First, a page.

Language Selection

English French German Italian Portuguese Spanish


Android Leftovers

Filed under

The Khadas VIM3, the Amlogic S922X powered Raspberry Pi competitor, is launching on June 24 for US$69.99

Filed under

Both models will run Android 9.0 Pie, Ubuntu XFCE 18.04 and LibreELEC (Kodi GBM & Linux 5.1. The company claims that it is still planning to release a third, and more expensive, version of the VIM3; it has not offered any information regarding this SKU though.

Read more

Librem 5 vs Android — Which boots faster?

Filed under
  • Librem 5 vs Android — Which boots faster?

    A simple question: What boots faster — a run-of-the-mill Android phone or a Librem 5 smartphone running PureOS?

    We put the Librem 5 dev kit next to an HTC One, both powered completely off, then pushed the power buttons at the same time.

  • Purism Talks Up The Librem 5 Smartphone Boot Speed, Price Increase Coming

    Purism is still promoting their Librem 5 Linux smartphone as coming next quarter despite not seeing any production design yet and the software stack being incomplete. While the software is still under development, they are at least promoting it as booting faster than Android.

    A brief blog post was put out today by Purism showing their Librem 5 development kit booting next to an HTC One Android smartphone. The Librem 5 smartphone did in fact boot much faster than the Android devices, but keeping in mind that's just one metric to care about for smartphones and most users rebooting their phones maybe once a week. The HTC One is already an aging Android device and no longer a flagship Google phone by any means, but the specs are at least more similar to the vintage comparable to the Librem 5.

SODIMM module runs Linux on i.MX8M Mini or Nano with up to 8GB RAM

Filed under

iWave’s “iW-RainboW-G34M-SM” module runs Linux 4.0 or Android Oreo on an i.MX8M Mini or Nano SoC with 2-8GB LPDDR4, 8GB or more eMMC, 802.11ac/BT 4.2, and support for -40 to 85°C and up to 2x GbE ports.

iWave announced a 67.6 x 37mm, SODIMM form-factor compute module with support for either NXP’s i.MX8M Mini or upcoming i.MX8M Nano. Earlier this year, iWave announced a SMARC form-factor iW-RainboW-G27M with the more advanced, hexa-core i.MX8 QuadMax.

Linux 4.0 and Android Oreo BSPs will be available, as well as a “comprehensive development platform with TFT panel,” says iWave. The module supports IoT, portable hardware, video/audio streaming, industrial HMI, home automation, and signage applications.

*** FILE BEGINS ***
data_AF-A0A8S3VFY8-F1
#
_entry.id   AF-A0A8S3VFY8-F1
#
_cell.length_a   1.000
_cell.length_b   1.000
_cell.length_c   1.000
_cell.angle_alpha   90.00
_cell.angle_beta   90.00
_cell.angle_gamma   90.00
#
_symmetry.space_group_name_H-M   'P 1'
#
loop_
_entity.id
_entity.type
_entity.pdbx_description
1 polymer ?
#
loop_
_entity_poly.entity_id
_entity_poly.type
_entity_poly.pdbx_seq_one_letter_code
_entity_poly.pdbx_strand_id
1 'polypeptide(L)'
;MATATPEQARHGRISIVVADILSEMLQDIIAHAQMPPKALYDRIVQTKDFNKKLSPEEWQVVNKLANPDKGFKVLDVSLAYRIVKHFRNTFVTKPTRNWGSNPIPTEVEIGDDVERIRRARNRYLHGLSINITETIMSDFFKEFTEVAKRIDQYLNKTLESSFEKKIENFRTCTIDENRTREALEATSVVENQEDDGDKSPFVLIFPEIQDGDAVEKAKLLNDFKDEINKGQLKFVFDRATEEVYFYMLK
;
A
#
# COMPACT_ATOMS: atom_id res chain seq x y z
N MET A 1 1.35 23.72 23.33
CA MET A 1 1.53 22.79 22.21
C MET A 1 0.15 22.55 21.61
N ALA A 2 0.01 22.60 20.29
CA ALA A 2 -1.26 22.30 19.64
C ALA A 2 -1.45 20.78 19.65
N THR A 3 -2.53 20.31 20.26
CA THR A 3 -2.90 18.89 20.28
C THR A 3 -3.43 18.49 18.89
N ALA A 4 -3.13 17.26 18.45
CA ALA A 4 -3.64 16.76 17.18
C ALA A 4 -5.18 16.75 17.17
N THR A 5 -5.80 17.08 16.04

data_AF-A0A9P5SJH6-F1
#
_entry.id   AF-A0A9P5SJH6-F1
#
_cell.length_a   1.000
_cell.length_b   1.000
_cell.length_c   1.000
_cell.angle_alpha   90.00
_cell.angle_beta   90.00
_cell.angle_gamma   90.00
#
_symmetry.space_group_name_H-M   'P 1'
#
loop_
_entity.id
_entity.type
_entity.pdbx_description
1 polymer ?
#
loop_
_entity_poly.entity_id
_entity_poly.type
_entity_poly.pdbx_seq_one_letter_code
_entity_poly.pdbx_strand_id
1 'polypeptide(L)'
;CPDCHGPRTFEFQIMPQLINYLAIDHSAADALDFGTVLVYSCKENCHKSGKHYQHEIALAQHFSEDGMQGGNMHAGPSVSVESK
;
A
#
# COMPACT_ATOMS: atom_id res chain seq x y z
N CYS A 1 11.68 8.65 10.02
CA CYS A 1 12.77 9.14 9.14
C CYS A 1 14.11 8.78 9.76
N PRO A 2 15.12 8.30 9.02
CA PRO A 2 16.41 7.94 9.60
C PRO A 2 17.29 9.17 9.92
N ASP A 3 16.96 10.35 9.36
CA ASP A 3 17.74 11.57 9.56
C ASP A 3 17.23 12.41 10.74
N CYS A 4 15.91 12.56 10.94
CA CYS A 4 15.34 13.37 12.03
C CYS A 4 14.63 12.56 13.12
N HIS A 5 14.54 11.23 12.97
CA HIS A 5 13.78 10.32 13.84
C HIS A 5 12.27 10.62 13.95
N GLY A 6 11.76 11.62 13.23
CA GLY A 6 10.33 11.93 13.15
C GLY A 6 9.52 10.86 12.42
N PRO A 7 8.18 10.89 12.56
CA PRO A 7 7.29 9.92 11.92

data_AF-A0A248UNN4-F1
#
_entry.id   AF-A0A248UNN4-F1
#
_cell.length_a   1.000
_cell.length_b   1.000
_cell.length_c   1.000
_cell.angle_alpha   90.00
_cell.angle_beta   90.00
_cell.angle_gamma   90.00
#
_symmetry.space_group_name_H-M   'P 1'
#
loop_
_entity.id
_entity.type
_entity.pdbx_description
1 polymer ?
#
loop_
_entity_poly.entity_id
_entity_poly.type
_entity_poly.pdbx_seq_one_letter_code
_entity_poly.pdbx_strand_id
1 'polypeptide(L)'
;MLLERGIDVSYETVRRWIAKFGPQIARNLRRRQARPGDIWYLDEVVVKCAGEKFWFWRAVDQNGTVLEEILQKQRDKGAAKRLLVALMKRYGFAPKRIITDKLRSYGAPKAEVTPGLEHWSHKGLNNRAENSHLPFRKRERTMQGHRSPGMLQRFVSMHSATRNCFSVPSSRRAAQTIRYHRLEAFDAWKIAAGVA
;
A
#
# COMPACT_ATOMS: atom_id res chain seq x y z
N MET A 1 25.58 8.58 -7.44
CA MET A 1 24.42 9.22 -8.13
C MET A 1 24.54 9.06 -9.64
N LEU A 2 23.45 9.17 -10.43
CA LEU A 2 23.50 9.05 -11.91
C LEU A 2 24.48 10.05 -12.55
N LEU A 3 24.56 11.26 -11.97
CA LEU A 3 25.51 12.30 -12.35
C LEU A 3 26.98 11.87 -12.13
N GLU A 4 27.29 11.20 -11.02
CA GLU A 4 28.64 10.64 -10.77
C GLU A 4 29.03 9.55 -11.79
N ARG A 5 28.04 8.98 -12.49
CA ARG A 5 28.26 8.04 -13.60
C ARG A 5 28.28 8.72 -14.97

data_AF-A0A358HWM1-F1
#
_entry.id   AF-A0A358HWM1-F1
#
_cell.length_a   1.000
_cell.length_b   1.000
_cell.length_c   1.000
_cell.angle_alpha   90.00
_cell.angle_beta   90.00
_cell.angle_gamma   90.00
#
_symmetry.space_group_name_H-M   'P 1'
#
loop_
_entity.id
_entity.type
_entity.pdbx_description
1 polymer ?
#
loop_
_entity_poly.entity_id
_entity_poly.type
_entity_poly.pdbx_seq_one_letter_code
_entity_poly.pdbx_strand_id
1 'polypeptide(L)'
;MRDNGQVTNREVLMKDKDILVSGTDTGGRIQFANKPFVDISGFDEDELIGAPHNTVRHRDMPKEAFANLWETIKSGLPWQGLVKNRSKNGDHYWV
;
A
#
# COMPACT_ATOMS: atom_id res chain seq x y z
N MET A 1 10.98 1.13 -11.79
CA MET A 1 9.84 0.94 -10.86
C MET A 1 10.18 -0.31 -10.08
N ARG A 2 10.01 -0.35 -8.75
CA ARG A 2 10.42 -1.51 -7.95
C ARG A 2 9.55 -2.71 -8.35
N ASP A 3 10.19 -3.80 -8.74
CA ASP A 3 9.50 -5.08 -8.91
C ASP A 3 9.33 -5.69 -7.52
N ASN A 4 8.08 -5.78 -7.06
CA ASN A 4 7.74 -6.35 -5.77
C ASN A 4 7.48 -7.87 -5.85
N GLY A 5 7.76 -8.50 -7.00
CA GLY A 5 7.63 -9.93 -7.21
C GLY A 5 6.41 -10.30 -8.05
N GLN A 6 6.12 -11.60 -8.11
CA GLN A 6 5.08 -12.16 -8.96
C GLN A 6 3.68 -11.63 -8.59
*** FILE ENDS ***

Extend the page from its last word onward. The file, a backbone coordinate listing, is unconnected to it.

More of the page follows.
Read more

Syndicate content

More in Tux Machines

Games: Strange Loop Games and City Builder

Debian GNU/Linux riscv64 port in mid 2019

As it can be seen in the first graph, perhaps with some difficulty, is that the percent of arch-dependent packages built for riscv64 (grey line) has been around or higher than 80% since mid 2018, just a few months after the port was added to the infrastructure. Given than the arch-dependent packages are about half of the Debian['s main, unstable] archive and that (in simple terms) arch-independent packages can be used by all ports (provided that the software that they rely on is present, e.g. a programming language interpreter), this means that around 90% of packages of the whole archive has been available for this architecture from early on. Read more

Latest Security FUD

Software: Synapse, Qmmp and LibreOffice

  • How to install and use Synapse, the MacOS Spotlight alternative for Linux
    Mac OS is everybody’s favorite, and there are several reasons behind it. One of the most useful utilities you can find on Mac OS is Spotlight, which makes searching for things a piece of cake, all directly from the desktop. While most developers have already designed similar utilities for Windows, the open-source Linux based operating systems are no exception, as well. Most Linux operating systems like Ubuntu have its own search functionality, but it can sometimes be troublesome to reach there and isn’t as powerful as Spotlight. So with Synapse for Linux, you can do just that, and boost the power of the search functionality on your system. With Synapse for Ubuntu, you can even search for things on the web, which is cool, as well. Some Linux distros like Lubuntu, don’t offer decent search functionality, and Synapse can be a great solution in such cases. With Synapse, searching is easy with just the navigation buttons on your keyboard, and you are ready to go. Synapse can be downloaded and installed from the Linux official repository. Synapse can also be configured to run on startup so that too don’t need to search for, and open Synapse, each time you need to use it.
  • Qmmp 1.3.3 Released with Floating PulseAudio, ALSA, OSS4 Support
    Qmmp, Qt based audio player, released version 1.3.3 with improvements and bug fixes. Here’s how to install it in Ubuntu 16.04, Ubuntu 18.04, Ubuntu 18.10, Ubuntu 19.04.
  • Office Suites for Ubuntu 18.04
    Today we are looking at different office suites for Ubuntu 18.04. LibreOffice is the default LibreOffice suite for Ubuntu but it is by all means not the only one. In this article, we will look at different office suites for Ubuntu and all of its pros and cons. All these Office Suites are available for at least all Ubuntu based distros, and the installation method is the same for all the Ubuntu based distros.
  • Week 3 Report
    I continue working on Rewriting the logger messages with the new DSL grammar: